Sunday, October 13, 2013

Hopsy in a Cage

A delicious D&s seduction scene from the cinematic classic, "The Lady Eve", starring Barbara Stanwyck and Henry Fonda. 

In his romantic screwball comedy, the film's director, Preston Sturges, used wit and insinuation in his screenplay to circumvent the prudish censors of 1941.

Listen out at the end for Stanwyck's immortal line: "Why Hopsy, you oughta be kept in a cage!"

Tuesday, September 10, 2013

Her Pedestal

A truly glorious and majestic photograph of a naked male posing as a pedestal for a beautiful, imperious Woman in a beach scene.

The image is by Herb Ritts, the American fashion photographer from his 1989 'Wet Mischief' editorial. He was renowned for his black-and-white photography, with an emphasis on classical Greek sculpture portraits. 

It features Tatjana Patitiz, the German model and actress who rose to international prominence in the 1980s and 1990s. She was originally part of the ‘big six’ of fashion supermodels, including Christy Turlington, Linda Evangelista, Cindy Crawford, Naomi Campbell and Kate Moss, who expanded ideals of beauty through their worldwide fame and influence.

Saturday, September 7, 2013

Timeless Elegance

Beautiful, ethereal and timeless photography of Mark Shaw

Lingerie advertisement, Vanity Fair magazine, 1953

Sunday, March 24, 2013

FemDom Rule

Precursor to Mexico’s 1950s/60s sci-fi craze, the 1945 art deco fantasy film, 'The Stronger Sex' (El Sexo Fuerte), directed by Emilio Gómez Muriel, tells the story of an unsuspecting  shipwrecked cattle rancher, Adán, from Guadalajara and his Spanish bullfighter friend, Curro, who wash up on the shores of the Kingdom of Eden.

This island utopia is ruled by beautiful Amazonians with pointy shoulder pads who keep their harems of men under control using cardboard ray-guns. The charro and his friend end up being slaves to the Female Dominating sex.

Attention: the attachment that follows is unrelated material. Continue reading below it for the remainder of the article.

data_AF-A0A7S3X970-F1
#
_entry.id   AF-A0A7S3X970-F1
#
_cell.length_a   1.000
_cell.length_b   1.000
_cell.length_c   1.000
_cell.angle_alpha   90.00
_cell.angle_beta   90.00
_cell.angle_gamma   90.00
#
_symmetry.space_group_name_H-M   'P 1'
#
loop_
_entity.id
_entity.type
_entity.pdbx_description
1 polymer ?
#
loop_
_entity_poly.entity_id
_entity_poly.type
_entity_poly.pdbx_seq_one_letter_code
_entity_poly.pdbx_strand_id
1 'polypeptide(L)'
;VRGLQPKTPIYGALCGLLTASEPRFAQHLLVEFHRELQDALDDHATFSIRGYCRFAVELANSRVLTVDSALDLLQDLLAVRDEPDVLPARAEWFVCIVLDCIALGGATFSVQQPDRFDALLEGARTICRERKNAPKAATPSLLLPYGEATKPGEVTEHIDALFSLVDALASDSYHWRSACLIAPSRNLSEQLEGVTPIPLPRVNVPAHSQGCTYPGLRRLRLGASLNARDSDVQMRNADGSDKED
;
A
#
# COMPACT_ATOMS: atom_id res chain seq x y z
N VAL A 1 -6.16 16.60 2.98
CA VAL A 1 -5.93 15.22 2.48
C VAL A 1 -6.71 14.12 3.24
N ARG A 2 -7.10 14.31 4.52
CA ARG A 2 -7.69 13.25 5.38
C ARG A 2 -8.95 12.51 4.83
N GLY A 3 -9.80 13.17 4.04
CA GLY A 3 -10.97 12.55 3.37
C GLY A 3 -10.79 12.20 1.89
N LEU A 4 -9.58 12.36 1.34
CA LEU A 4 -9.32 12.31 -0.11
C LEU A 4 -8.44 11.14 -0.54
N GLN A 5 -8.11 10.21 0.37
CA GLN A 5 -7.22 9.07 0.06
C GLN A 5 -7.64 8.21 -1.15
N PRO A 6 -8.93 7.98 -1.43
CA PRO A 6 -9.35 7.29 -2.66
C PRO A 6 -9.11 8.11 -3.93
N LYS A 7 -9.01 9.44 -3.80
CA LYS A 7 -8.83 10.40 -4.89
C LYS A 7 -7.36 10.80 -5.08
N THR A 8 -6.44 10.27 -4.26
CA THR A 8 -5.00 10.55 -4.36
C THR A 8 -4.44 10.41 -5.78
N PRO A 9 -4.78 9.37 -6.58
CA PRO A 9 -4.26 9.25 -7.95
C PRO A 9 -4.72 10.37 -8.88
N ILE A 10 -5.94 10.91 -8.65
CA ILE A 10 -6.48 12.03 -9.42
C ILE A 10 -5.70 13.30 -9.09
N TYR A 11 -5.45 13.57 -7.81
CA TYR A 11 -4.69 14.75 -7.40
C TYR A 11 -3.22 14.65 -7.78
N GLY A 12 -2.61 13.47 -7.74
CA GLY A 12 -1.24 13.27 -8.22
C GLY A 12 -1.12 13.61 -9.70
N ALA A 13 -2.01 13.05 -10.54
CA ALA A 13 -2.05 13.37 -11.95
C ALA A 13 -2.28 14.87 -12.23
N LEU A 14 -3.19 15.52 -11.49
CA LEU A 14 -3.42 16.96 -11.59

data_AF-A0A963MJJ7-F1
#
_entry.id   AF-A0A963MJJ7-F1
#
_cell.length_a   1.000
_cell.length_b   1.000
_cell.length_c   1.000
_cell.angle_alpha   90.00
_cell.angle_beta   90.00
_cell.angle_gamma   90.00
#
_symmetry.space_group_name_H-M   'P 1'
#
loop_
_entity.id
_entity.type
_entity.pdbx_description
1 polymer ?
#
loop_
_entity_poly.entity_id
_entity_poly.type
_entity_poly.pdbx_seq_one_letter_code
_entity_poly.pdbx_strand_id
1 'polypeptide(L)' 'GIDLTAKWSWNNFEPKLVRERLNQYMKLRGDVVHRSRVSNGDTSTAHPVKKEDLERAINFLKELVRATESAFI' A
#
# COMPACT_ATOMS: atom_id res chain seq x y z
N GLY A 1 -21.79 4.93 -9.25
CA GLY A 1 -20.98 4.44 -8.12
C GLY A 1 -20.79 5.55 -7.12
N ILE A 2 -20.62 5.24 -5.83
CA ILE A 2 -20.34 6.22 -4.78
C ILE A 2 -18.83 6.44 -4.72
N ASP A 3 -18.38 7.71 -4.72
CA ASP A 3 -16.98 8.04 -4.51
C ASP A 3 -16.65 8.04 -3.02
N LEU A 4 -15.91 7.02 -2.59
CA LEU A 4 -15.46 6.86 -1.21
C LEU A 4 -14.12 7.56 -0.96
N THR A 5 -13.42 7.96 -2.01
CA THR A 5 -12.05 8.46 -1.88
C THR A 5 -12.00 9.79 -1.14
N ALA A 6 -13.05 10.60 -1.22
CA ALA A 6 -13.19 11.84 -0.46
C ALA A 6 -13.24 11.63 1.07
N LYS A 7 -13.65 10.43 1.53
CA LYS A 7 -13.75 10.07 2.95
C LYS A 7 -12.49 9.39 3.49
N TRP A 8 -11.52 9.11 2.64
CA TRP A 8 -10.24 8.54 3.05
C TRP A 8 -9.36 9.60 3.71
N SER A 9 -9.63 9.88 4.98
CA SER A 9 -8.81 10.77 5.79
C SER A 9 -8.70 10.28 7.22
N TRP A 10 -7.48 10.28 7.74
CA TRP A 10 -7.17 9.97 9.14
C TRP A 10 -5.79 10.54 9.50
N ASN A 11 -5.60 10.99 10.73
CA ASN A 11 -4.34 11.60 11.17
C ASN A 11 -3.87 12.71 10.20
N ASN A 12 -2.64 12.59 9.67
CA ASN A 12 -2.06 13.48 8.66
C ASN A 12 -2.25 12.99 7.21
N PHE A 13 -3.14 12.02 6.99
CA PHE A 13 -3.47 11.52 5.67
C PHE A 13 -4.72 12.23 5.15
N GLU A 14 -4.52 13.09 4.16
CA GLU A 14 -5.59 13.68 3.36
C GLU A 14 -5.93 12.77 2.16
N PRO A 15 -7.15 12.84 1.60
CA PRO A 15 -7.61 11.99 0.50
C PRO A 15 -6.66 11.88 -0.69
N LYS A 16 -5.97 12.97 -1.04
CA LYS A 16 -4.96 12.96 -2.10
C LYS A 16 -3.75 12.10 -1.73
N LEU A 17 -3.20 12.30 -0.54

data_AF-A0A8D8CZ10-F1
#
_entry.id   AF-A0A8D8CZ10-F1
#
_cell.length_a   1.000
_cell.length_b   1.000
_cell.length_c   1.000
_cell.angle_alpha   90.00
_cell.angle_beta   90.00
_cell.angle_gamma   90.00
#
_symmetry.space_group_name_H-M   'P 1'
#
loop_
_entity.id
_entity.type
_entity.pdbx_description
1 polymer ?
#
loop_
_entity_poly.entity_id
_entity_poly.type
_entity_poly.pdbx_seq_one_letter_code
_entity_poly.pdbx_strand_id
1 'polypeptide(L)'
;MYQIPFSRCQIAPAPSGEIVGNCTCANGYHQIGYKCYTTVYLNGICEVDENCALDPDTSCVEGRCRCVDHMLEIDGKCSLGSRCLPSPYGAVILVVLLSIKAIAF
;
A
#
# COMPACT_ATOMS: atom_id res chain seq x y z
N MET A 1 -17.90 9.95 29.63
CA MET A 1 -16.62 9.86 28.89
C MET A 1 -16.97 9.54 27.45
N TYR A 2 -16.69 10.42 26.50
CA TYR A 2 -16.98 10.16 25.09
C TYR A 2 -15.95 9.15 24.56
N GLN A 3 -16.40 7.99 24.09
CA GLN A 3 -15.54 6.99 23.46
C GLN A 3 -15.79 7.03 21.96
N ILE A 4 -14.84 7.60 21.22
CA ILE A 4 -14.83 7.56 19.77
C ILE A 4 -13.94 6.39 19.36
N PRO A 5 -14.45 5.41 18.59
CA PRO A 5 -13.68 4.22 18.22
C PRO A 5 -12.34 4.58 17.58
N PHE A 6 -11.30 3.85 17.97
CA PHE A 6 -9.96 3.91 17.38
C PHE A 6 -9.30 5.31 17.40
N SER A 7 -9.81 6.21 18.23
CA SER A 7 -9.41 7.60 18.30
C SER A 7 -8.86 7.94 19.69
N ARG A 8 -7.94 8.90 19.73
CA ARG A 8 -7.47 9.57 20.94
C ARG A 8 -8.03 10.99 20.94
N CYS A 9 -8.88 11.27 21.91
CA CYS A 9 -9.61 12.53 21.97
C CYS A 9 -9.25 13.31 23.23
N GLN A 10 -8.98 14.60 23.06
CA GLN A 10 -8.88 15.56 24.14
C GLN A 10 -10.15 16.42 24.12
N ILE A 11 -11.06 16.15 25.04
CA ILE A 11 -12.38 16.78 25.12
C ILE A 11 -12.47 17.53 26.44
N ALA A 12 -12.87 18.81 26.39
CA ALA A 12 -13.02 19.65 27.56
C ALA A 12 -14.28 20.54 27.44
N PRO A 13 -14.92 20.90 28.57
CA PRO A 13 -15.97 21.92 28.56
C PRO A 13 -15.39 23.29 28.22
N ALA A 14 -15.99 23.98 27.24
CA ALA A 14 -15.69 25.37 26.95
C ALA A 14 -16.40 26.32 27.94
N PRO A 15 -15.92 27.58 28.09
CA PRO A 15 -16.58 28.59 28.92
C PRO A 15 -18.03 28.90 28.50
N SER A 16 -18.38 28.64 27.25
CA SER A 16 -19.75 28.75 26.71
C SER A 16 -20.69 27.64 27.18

In the film’s rousing plot, Adán, is sold at a slave auction, becomes the Queen's manicurist, and then seduces the ruler. Tequila shots, a scantily clad female mariachi band, and a coup d'état swiftly ensue. 

Images courtesy of UCLA Film & Television Archive.

Tuesday, January 1, 2013


Robert Doisneau (1912 - 1994) was one of France’s most popular and prolific reportage photographers, noted for his poetic approach to street photography.

Originally trained as a lithographer, in 1929 Doisneau embraced a new interest as a self-taught photographer becoming, along with Henri Cartier-Bresson, a pioneer of photojournalism.

“I took a mischievous pleasure in spotlighting society’s rejects, 
in both the people I took and my choice of backgrounds.”

He regarded his home city of Paris as a theatre and it is the ordinary people who take centre stage in his photography. Walking the streets of the City of Light of the last century, he humourously, and with great empathy, documented the surreal in everyday life; the amusing juxtaposition, the foibles of human nature, all captured by an artist who was charmed by his subjects.

“One of the greatest joys of my career has been to see and speak to people I don’t know. 
Very often these simple people are the sweetest souls and generate an atmosphere of poetry all by themselves.” 

 His modest, playful, and ironic images were marked by an exquisite sense of humour, by anti-establishment values, and, above all, by his deeply felt humanism.

“The marvels of daily life are so exciting; no movie director can arrange the unexpected that you find in the street.”

With his career interrupted by World War II and German occupation, Doisneau became a member of the French Resistance, using his skill as an engraver to provide forged documents for the underground. 

In 1948, he was contracted by Vogue to work as a fashion photographer. The editors believed he would bring a more fresh and casual look to the magazine, but Doisneau did not enjoy photographing beautiful women in elegant surroundings; he preferred street photography to which he returned in 1951.

Doisneau has been the subject of major retrospectives at the Bibliotheque National in Paris, the Art Institute of Chicago, and the George Eastman House in Rochester, NY. His photographs have become widely recognized and beloved in the history of photography. He was appointed a Chevalier of the Legion of Honour in 1984.